Over the past decade or so, the English Premier League has descended into a glorified billionaires’ playground. The power of overseas investment can take a modest club like Chelsea or Manchester City and transform them into world powerhouses overnight. Generally speaking, those that spend succeed while those that don’t tend to fade away. Subsequently, the desperation to keep hold of those astronomical TV deals and international revenues has led to increased spending year on year; in fact, this season saw clubs spend a combined total of over £1bn over the course of two transfer windows.
From a financial perspective, the Premier League has become absolutely bonkers. Yet, amidst the glitz and glamour, Tottenham Hotspur have managed to claw their way into the elite pack to extend the big four to five. Astonishingly, they’ve managed to achieve the feat whilst turning a profit on the transfer market too.
At this moment, the football world is revelling in the success of Claudio Ranieri’s Leicester City as the plucky Foxes edge towards what would be the greatest fairytale of Premier League history. Nevertheless, that one season of heroics should not overshadow Tottenham’s rise to prominence over the past five or six years, particularly as they’ve done so with such unconventional methods on the transfer market.
Over the past half-decade, Tottenham’s cumulative sales have exceeded purchased by over £53m. Of course, that figure is inflated due to one world record transfer, but that money was reinvested; contrary to popular belief, the club’s ability to turn a profit has become a sustained model as is underlined by the fact their net spend has been a negative value in each of those five years. To put that stat into perspective, Swansea are the second most economic Premier League outfit in that period with a net spend of £9m.
In comparison to the other five clubs commonly vying for Champions League spaces, Tottenham’s approach is mind-blowing. Even Arsenal have a net spend in excess of £100m over the course of those 10 transfer windows, which makes Spurs’s consistent presence near the top all the more staggering. It is worth noting that the club did spend vast amounts of money to finally break the top four under Harry Redknapp, and they invested a further net spend of £17.5m during their one season of elite continental competition. Nevertheless, the fact they’ve managed to stay there without overspending on players is quite remarkable.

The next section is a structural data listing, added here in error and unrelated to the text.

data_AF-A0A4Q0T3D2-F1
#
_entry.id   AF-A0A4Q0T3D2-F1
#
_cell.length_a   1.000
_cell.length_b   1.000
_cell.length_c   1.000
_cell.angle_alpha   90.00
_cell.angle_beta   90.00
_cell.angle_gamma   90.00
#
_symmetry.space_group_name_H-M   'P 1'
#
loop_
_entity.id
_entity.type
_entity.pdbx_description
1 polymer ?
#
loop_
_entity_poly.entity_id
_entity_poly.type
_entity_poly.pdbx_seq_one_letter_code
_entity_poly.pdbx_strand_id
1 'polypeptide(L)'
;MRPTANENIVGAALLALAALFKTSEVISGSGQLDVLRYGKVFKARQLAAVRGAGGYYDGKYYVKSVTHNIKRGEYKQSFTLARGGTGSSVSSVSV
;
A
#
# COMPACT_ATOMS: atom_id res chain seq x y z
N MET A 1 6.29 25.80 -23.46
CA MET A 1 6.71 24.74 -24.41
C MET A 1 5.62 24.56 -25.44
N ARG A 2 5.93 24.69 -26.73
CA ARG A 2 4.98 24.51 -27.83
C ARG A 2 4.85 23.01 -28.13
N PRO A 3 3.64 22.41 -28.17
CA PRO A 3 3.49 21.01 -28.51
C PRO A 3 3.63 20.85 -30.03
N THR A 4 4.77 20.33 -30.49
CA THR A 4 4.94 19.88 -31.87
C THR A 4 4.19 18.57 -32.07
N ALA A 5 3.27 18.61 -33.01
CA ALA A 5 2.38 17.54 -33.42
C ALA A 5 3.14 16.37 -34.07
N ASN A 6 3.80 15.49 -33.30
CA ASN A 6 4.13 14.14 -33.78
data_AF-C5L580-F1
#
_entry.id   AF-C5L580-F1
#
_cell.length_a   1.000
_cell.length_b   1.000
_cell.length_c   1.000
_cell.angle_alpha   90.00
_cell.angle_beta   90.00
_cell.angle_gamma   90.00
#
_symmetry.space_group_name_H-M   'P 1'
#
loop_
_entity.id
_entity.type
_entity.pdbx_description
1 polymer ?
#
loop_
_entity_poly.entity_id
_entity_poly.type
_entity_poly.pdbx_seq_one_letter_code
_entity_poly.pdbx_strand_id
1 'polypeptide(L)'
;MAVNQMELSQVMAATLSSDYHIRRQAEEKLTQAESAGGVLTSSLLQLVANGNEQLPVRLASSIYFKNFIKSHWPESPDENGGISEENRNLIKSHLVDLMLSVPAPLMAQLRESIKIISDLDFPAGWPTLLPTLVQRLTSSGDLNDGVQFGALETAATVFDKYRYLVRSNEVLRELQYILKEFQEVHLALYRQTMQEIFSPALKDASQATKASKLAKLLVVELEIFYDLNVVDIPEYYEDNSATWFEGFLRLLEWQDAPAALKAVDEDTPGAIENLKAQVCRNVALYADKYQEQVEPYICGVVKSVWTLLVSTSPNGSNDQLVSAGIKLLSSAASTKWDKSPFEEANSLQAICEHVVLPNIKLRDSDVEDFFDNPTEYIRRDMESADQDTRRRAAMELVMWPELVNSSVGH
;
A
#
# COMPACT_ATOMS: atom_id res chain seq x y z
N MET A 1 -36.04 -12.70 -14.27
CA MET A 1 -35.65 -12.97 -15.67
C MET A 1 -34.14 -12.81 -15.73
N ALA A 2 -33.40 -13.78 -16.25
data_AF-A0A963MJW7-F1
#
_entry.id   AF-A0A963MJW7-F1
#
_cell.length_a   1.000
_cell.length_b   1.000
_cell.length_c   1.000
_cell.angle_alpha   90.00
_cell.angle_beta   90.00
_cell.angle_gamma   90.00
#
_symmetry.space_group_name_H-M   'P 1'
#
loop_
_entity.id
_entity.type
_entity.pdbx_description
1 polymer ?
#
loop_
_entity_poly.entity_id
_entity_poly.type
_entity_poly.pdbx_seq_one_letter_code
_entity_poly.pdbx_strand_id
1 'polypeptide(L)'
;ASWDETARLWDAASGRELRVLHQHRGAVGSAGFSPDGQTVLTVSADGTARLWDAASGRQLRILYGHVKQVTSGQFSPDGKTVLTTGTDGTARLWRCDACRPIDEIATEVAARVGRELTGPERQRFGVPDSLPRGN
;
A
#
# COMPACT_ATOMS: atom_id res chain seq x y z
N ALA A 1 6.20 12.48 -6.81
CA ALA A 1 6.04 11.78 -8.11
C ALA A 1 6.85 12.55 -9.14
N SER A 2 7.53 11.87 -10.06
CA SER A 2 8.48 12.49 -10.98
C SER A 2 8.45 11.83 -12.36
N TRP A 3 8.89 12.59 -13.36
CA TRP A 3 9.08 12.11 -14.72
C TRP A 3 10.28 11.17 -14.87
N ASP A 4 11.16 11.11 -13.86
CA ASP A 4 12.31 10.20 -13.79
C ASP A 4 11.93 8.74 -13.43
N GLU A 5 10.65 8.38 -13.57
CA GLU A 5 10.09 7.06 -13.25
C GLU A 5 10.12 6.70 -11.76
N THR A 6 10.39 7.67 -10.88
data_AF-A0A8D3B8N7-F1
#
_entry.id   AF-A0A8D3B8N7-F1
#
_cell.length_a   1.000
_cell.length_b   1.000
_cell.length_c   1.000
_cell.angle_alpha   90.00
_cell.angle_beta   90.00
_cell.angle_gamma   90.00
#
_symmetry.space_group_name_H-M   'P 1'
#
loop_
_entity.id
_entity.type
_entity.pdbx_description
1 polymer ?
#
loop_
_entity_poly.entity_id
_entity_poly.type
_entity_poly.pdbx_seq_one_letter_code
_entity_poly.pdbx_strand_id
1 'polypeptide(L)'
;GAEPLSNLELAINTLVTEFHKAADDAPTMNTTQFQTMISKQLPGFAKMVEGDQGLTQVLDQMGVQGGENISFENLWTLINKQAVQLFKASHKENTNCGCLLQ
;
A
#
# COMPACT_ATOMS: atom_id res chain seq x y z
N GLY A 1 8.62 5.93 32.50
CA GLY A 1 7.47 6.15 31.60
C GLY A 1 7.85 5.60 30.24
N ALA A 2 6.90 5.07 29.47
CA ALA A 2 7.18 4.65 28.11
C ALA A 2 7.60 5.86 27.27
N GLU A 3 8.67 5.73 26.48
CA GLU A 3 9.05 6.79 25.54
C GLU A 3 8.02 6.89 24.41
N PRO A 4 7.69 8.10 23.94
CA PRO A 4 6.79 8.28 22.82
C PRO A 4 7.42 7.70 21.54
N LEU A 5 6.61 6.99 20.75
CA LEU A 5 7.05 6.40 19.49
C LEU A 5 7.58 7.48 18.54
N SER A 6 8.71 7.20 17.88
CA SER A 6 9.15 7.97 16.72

So how exactly have they done it? Naturally, many factors can be attributed to Tottenham’s recent success, but it all starts at the top with Daniel Levy. The Spurs chairman has been widely regarded as one of the finest since taking over from Sir Alan Sugar in 2001, and his business acumen is second to none. His relationship with the fans hasn’t always been perfect, but there is no question that he has the club’s best interests at heart; at a time where many owners are void of the emotional connection to their organisations, Levy’s genuine love of the position is vital.
That’s not to suggest that Levy hasn’t opened the chequebook when needed. No less than 10 players have arrived in eight-figure transfer fees since 2012/13; the key difference is that Tottenham have spent their money in a sustained manor. The emphasis on sustainability doesn’t end with the player recruitment process either.
After losing Harry Redknapp in bizarrely acrimonious circumstances, Spurs learnt from past mistakes and made a conscious decision to invest in young management. Andre Villas-Boas never worked out while Tim Sherwood was only ever going to be a temporary measure. However, Levy has found a gem in Mauricio Pochettino. The Argentinian’s work has unquestionably been the driving force behind the push from Champions League hopefuls to title contenders, as well as their ability to do it without overspending.
Pochettino’s eagerness to trust youth has proved to be a masterstroke. It’s no secret that the revelations of Harry Kane and Dele Alli have been the catalyst behind Tottenham’s on-field triumphs. Similarly, Eric Dier and Ryan Mason have impressed at White Hart Lane too; this core of young English talent might not quite match up to Manchester United’s Class of ‘92, but Pochettino’s Prodigies certainly have an air of the Fergie Fledglings about them. If you’re going to emulate any team in Premier League history, then the most dominant force of the past 25 years is a good place to start.